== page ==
Going through the donation of a conservation easement on your land can be an arduous process. The intent here is to give you an overview of the process from start to finish so you’ll know what to expect.
1. Purpose – There must be conservation related purpose to the conservation easement, like preserving a wildlife habitat, preserving open space, or public recreation.
2. Options – As the donor of a conservation easement you have control of how the land is used, such as retaining some development rights, continuing to live in your house and farm the land, and prevent or allow public access.
3. Tax Benefits – Done properly, you are entitled to a federal tax deduction for the value of the conservation easement against 50% of your income for up to sixteen years. This tax break is good only for conservation easements conveyed by the end of 2011.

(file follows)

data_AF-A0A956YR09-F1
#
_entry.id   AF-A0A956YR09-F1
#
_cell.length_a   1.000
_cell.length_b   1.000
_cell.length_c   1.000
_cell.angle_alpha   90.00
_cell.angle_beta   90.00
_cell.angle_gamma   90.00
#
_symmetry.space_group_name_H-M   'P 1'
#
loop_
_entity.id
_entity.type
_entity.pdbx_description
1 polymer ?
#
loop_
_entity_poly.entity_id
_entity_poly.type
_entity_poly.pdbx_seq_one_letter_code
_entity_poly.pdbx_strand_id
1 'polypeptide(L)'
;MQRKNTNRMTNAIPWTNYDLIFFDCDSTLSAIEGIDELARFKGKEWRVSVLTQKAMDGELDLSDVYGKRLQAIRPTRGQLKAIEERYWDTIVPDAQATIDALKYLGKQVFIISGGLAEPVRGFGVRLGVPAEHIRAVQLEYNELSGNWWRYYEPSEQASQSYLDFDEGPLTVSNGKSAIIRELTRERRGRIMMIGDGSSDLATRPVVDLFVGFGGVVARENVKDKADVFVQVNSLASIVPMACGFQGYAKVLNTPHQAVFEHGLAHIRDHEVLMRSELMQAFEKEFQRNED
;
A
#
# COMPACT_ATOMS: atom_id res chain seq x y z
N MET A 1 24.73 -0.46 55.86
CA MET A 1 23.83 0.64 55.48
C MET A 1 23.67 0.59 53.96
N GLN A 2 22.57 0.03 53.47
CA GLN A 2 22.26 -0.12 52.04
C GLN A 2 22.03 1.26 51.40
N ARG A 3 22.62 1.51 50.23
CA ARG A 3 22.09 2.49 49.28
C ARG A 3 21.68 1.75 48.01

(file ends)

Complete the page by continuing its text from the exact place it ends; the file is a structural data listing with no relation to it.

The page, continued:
4. Qualified Organization – The recipient of your conservation easement donation must be qualified in the eyes of the IRS. Typically your local land trust or conservation commission.
5. Qualified Appraisal and Qualified Appraiser – To claim your tax deduction, you’ll need what the IRS calls a qualified appraisal done by a qualified appraiser.
6. Appraisal Process – The appraisal of the conservation easement requires some work on your part and a lot of work by your appraiser.
Each of these topics will be explored in detail in subsequent postings.